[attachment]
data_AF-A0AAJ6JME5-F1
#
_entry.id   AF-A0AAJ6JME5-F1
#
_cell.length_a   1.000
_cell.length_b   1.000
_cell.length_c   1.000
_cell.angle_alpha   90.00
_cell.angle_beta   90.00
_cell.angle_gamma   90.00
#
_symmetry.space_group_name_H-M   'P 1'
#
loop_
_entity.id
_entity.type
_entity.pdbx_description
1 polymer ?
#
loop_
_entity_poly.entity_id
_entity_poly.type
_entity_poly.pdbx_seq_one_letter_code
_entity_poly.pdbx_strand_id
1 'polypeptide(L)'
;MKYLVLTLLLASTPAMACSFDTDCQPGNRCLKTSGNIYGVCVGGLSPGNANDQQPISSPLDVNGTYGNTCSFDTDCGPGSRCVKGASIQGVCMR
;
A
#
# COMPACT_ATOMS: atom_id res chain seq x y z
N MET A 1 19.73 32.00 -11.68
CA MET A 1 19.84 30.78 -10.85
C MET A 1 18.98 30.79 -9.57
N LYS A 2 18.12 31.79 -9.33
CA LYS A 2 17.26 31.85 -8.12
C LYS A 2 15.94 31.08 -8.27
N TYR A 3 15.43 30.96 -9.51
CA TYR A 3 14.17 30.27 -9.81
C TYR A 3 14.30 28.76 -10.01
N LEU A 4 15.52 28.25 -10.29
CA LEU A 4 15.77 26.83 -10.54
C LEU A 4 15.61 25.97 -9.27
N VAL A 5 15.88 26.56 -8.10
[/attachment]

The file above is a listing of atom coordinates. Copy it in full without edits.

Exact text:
data_AF-A0AAJ6JME5-F1
#
_entry.id   AF-A0AAJ6JME5-F1
#
_cell.length_a   1.000
_cell.length_b   1.000
_cell.length_c   1.000
_cell.angle_alpha   90.00
_cell.angle_beta   90.00
_cell.angle_gamma   90.00
#
_symmetry.space_group_name_H-M   'P 1'
#
loop_
_entity.id
_entity.type
_entity.pdbx_description
1 polymer ?
#
loop_
_entity_poly.entity_id
_entity_poly.type
_entity_poly.pdbx_seq_one_letter_code
_entity_poly.pdbx_strand_id
1 'polypeptide(L)'
;MKYLVLTLLLASTPAMACSFDTDCQPGNRCLKTSGNIYGVCVGGLSPGNANDQQPISSPLDVNGTYGNTCSFDTDCGPGSRCVKGASIQGVCMR
;
A
#
# COMPACT_ATOMS: atom_id res chain seq x y z
N MET A 1 19.73 32.00 -11.68
CA MET A 1 19.84 30.78 -10.85
C MET A 1 18.98 30.79 -9.57
N LYS A 2 18.12 31.79 -9.33
CA LYS A 2 17.26 31.85 -8.12
C LYS A 2 15.94 31.08 -8.27
N TYR A 3 15.43 30.96 -9.51
CA TYR A 3 14.17 30.27 -9.81
C TYR A 3 14.30 28.76 -10.01
N LEU A 4 15.52 28.25 -10.29
CA LEU A 4 15.77 26.83 -10.54
C LEU A 4 15.61 25.97 -9.27
N VAL A 5 15.88 26.56 -8.10